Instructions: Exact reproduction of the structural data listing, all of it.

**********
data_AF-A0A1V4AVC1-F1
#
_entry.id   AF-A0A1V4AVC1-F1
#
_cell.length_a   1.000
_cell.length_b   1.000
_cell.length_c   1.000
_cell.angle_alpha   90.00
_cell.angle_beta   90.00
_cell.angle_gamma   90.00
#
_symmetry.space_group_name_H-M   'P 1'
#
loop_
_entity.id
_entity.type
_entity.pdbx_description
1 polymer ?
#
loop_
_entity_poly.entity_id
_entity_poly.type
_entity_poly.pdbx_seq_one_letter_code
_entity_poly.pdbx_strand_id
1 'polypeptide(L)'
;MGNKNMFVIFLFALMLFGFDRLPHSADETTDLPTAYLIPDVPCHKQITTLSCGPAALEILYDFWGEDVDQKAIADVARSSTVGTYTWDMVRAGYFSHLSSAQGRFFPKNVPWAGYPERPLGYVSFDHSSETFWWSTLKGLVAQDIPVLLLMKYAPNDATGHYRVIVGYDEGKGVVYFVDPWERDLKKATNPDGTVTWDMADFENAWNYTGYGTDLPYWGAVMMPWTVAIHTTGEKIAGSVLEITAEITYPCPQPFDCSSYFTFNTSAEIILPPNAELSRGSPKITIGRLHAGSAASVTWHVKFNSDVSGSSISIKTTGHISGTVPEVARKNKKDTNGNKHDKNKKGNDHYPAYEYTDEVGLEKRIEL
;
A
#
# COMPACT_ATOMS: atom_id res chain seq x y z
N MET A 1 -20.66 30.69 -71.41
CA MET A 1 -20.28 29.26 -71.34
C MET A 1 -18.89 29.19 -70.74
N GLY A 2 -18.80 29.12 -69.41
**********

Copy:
data_AF-A0A1V4AVC1-F1
#
_entry.id   AF-A0A1V4AVC1-F1
#
_cell.length_a   1.000
_cell.length_b   1.000
_cell.length_c   1.000
_cell.angle_alpha   90.00
_cell.angle_beta   90.00
_cell.angle_gamma   90.00
#
_symmetry.space_group_name_H-M   'P 1'
#
loop_
_entity.id
_entity.type
_entity.pdbx_description
1 polymer ?
#
loop_
_entity_poly.entity_id
_entity_poly.type
_entity_poly.pdbx_seq_one_letter_code
_entity_poly.pdbx_strand_id
1 'polypeptide(L)'
;MGNKNMFVIFLFALMLFGFDRLPHSADETTDLPTAYLIPDVPCHKQITTLSCGPAALEILYDFWGEDVDQKAIADVARSSTVGTYTWDMVRAGYFSHLSSAQGRFFPKNVPWAGYPERPLGYVSFDHSSETFWWSTLKGLVAQDIPVLLLMKYAPNDATGHYRVIVGYDEGKGVVYFVDPWERDLKKATNPDGTVTWDMADFENAWNYTGYGTDLPYWGAVMMPWTVAIHTTGEKIAGSVLEITAEITYPCPQPFDCSSYFTFNTSAEIILPPNAELSRGSPKITIGRLHAGSAASVTWHVKFNSDVSGSSISIKTTGHISGTVPEVARKNKKDTNGNKHDKNKKGNDHYPAYEYTDEVGLEKRIEL
;
A
#
# COMPACT_ATOMS: atom_id res chain seq x y z
N MET A 1 -20.66 30.69 -71.41
CA MET A 1 -20.28 29.26 -71.34
C MET A 1 -18.89 29.19 -70.74
N GLY A 2 -18.80 29.12 -69.41